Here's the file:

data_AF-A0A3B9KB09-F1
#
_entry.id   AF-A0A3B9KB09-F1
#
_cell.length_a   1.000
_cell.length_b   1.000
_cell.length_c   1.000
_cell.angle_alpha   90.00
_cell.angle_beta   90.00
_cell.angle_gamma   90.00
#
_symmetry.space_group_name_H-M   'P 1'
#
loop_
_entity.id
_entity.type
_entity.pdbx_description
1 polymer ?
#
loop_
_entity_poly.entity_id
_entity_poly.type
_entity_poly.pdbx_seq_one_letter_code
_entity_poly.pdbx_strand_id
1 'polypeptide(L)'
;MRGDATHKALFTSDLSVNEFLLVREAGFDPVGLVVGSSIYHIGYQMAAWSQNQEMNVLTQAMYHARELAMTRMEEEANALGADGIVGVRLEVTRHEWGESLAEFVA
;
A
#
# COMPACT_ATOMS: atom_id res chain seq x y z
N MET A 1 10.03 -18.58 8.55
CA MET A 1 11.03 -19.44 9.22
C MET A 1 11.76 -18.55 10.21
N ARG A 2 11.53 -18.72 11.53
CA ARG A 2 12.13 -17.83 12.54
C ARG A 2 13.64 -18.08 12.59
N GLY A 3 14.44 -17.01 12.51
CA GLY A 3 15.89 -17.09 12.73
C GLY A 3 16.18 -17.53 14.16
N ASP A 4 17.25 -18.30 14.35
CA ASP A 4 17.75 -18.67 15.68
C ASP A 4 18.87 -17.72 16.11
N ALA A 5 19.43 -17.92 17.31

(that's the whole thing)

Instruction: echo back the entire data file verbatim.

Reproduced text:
data_AF-A0A3B9KB09-F1
#
_entry.id   AF-A0A3B9KB09-F1
#
_cell.length_a   1.000
_cell.length_b   1.000
_cell.length_c   1.000
_cell.angle_alpha   90.00
_cell.angle_beta   90.00
_cell.angle_gamma   90.00
#
_symmetry.space_group_name_H-M   'P 1'
#
loop_
_entity.id
_entity.type
_entity.pdbx_description
1 polymer ?
#
loop_
_entity_poly.entity_id
_entity_poly.type
_entity_poly.pdbx_seq_one_letter_code
_entity_poly.pdbx_strand_id
1 'polypeptide(L)'
;MRGDATHKALFTSDLSVNEFLLVREAGFDPVGLVVGSSIYHIGYQMAAWSQNQEMNVLTQAMYHARELAMTRMEEEANALGADGIVGVRLEVTRHEWGESLAEFVA
;
A
#
# COMPACT_ATOMS: atom_id res chain seq x y z
N MET A 1 10.03 -18.58 8.55
CA MET A 1 11.03 -19.44 9.22
C MET A 1 11.76 -18.55 10.21
N ARG A 2 11.53 -18.72 11.53
CA ARG A 2 12.13 -17.83 12.54
C ARG A 2 13.64 -18.08 12.59
N GLY A 3 14.44 -17.01 12.51
CA GLY A 3 15.89 -17.09 12.73
C GLY A 3 16.18 -17.53 14.16
N ASP A 4 17.25 -18.30 14.35
CA ASP A 4 17.75 -18.67 15.68
C ASP A 4 18.87 -17.72 16.11
N ALA A 5 19.43 -17.92 17.31